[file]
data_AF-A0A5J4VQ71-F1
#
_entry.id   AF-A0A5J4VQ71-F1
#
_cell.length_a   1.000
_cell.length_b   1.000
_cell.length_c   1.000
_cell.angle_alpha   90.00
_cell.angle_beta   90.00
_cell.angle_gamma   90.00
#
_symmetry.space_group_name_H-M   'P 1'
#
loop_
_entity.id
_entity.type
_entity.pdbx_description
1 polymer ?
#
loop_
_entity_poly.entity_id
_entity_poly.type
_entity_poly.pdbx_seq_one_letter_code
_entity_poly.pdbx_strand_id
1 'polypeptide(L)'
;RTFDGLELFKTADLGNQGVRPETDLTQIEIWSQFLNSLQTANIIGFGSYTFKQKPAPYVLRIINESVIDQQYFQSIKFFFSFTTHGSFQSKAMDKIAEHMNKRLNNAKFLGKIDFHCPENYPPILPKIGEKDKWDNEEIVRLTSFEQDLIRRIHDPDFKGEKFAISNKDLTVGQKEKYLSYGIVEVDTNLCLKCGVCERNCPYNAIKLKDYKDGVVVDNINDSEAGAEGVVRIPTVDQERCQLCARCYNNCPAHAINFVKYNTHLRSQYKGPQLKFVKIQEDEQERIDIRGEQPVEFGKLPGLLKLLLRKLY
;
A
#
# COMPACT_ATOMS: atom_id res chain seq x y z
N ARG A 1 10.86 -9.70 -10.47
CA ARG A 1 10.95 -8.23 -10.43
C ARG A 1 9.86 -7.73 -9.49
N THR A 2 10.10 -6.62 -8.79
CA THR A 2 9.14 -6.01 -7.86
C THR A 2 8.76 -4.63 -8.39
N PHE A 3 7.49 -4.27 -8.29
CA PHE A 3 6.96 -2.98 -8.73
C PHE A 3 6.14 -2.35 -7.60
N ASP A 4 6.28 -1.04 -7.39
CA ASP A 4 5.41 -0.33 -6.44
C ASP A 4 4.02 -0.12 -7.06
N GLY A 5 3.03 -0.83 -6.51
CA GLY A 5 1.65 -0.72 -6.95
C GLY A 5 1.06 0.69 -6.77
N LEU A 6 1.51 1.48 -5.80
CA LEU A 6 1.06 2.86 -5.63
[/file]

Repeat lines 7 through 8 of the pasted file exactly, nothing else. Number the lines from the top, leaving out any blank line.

_cell.length_c   1.000
_cell.angle_alpha   90.00